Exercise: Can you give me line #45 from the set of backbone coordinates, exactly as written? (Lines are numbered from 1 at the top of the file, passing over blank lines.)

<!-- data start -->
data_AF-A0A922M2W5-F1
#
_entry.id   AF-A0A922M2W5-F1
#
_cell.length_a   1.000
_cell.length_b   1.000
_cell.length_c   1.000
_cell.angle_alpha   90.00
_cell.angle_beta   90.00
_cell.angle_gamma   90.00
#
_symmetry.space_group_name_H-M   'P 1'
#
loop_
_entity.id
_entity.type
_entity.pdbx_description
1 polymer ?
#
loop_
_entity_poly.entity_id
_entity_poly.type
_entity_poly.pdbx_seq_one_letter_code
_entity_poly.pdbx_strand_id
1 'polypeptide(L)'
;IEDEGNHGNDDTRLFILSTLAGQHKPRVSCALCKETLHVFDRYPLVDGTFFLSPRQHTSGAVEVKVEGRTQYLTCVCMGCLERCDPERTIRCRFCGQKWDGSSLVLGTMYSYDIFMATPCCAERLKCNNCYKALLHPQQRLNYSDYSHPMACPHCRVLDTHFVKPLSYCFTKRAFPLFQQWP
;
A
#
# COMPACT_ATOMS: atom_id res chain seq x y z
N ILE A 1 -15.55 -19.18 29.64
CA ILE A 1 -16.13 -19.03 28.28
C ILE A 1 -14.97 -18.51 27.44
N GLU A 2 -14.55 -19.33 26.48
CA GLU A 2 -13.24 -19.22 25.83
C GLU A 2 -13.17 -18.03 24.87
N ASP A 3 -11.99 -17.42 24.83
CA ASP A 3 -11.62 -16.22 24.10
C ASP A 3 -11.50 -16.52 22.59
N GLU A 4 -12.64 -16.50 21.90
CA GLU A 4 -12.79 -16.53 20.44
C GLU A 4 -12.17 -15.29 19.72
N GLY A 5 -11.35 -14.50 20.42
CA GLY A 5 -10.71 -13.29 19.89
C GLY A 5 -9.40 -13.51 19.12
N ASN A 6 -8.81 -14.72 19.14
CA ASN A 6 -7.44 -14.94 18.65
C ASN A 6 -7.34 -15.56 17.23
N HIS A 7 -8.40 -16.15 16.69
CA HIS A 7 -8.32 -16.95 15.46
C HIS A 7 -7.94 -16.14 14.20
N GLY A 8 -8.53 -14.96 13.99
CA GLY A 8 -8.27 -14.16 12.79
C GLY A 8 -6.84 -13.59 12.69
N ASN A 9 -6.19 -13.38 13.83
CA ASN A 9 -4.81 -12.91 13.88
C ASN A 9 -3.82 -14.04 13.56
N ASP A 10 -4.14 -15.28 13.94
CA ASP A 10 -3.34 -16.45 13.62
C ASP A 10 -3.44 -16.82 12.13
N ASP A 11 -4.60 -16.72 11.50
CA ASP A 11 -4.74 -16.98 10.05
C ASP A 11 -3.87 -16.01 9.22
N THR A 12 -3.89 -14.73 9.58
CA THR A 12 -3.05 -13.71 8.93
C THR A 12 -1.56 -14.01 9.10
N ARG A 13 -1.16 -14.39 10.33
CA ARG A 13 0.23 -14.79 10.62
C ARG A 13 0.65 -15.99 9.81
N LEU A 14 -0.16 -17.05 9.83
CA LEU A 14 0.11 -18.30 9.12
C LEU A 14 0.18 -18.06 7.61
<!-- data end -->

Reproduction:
C GLY A 5 -9.40 -13.51 19.12